Natural law: the current fundamental approach to resolving tricky bioethics questions

Publié le 10 Mar, 2016

Bioethics debates are often divided between utilitarian or “ethical” perspectives and a Kantian approach to ethics.  There is, however, an alternative approach which attracts less attention, namely natural law. Professor John Keown from Georgetown University, has just published an introduction to natural law in bioethics[1]. He outlines the interest in and latest findings pertaining to these basic issues.


“Many laws and ethical codes are based on articulating certain basic moral principles of natural law, which should always be upheld, regardless of the consequences”. Contrary to other mostly utilitarian approaches to bioethics, the theory of natural law, which is a philosophy as opposed to a theology, offers a consistent set of principles. It essentially outlines the behaviour to be prohibited vis-à-vis patients: intentionally killing, lying and exploitation. These rules must be applied regardless of the benefitsto other people or society as a whole. John Keown takes the example of euthanasia: “The ban on the intentional killing of patients, which is enshrined in law in most countries and in the ethics of the World Medical Association, is based on the principle that it is always bad to intentionally kill someone, even at his/her own request”.


The “good life” is the point of departure from the theory of natural law. In fact, John Keown rejects the standard utilitarian response, which is geared towards pleasure or satisfying desires.Both these responses can be used to justify manifestly immoral acts. The good life, according to the theory of natural law, refers to the good things in life, health, friendship, knowledge, an appreciation of art and beauty, work, play and reasonable practices. These bases are not just instruments but purposes per se and, as such, deserve to be continued in their own right[2].


These basic approaches to a good life constitute ethical foundations based on natural law but must be supplemented by interim moral principles, which highlight our judgment on the ethical approach to be adopted: “Is it right for me to tell a patient that he/she is doing very well when I know that he/she is dying? Can I allow a patient to refuse to give his/her consent to harmless but potentially revolutionary research as far as he/she is concerned, whilst under an anaesthetic?”The key principles are those of “care” and “respect”, which, in bioethics terms equate to “benevolence” and “non-maleficence”.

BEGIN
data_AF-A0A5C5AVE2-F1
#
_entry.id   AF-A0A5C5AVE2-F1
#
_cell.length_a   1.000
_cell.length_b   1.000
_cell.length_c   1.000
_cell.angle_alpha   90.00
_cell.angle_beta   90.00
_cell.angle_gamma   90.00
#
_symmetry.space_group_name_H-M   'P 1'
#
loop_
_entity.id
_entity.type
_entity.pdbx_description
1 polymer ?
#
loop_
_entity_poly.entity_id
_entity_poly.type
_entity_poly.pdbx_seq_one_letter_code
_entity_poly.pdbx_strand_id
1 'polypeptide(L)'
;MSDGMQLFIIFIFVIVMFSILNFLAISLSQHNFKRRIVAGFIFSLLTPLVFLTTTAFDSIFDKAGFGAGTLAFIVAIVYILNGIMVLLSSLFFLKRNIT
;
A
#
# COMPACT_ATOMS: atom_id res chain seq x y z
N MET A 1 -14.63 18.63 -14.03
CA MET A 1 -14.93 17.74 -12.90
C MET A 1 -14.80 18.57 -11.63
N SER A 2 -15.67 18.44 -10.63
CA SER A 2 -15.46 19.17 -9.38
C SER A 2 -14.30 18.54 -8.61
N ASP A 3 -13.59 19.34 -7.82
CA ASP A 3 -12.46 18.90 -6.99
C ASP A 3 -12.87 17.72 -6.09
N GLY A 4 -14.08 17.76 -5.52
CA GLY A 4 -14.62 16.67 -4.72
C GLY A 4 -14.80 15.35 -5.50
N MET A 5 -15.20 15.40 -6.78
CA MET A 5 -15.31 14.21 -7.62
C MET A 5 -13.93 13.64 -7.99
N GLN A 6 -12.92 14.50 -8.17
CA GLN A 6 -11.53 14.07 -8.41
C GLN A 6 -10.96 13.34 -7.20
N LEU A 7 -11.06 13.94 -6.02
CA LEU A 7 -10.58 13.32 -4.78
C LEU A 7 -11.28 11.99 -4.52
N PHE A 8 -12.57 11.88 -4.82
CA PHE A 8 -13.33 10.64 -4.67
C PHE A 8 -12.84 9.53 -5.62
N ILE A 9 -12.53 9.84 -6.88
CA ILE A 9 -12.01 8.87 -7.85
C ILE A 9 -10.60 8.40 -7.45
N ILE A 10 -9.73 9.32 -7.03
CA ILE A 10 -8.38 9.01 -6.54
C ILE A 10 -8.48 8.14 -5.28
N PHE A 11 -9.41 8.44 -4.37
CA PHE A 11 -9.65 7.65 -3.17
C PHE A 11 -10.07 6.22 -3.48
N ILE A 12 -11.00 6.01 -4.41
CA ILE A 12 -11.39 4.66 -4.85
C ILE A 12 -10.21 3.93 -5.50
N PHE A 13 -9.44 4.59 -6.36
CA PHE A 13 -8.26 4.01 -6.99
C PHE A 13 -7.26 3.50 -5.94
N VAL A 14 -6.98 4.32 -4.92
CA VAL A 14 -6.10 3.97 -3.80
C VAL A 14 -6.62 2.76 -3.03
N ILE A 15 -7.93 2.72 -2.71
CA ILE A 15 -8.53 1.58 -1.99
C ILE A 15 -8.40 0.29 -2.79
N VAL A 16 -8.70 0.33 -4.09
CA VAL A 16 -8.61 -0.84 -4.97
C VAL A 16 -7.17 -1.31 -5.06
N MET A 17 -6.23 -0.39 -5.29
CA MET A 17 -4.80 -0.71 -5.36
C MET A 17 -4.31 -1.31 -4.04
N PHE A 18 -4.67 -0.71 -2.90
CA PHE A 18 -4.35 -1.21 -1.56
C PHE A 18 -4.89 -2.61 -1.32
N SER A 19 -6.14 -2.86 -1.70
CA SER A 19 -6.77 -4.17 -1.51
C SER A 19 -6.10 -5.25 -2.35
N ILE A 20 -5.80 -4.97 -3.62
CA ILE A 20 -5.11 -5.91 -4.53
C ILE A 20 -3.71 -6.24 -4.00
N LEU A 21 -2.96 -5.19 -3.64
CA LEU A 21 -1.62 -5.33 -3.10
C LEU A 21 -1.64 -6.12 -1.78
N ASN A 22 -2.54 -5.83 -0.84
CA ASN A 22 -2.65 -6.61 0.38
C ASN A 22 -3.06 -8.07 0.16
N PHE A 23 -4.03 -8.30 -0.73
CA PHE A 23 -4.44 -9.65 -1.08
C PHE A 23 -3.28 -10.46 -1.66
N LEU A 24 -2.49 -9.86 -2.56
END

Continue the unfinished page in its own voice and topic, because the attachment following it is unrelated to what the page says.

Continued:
What happens to the principles of natural law when applied practically to medicine?  Given the wealth of history behind this theory, “the richness of this reflective treasure has already fashioned our laws and codes of ethics”in order to treat patients under ethical research conditions… This does not mean that natural law has provided concrete answers to all bioethical questions facing clinicians in the contemporary world but these are often previous questions presented in a different guise: “The question of the moral status of the human embryo in vitro may seem like an entirely new concept but theorists of natural law have already reflected on the moral status of human embryos in vivo  for centuries”. The question of knowing whether or not to refuse to remove a feeding tube from a patient seems entirely new, making us invent new ethical principles, but the response of those who believe in natural law lies in the application of existing ethical criteria: does a feeding tube constitute medical treatment? Depending on the situation, is this treatment disproportionate either because it is pointless or because it is too expensive? It is not always easy to answer these questions and they do not always meet with universal consensus, even amongst theorists of natural law.  However, despite any difficulties, contemporary bioethical questions can be resolved by the intelligent application of these well-established principles.


[1] Bioethics and the Human Goods, An Introduction to Natural Law Bioethics, Alfonso Gómez-Lobo with John Keown. The book is not available in French.

[2] Health and knowledge can be instrumentally precious but their value should not be reduced to that of simple instruments.

Bioedge (John Keown et Xavier Symons) 08/03/2016

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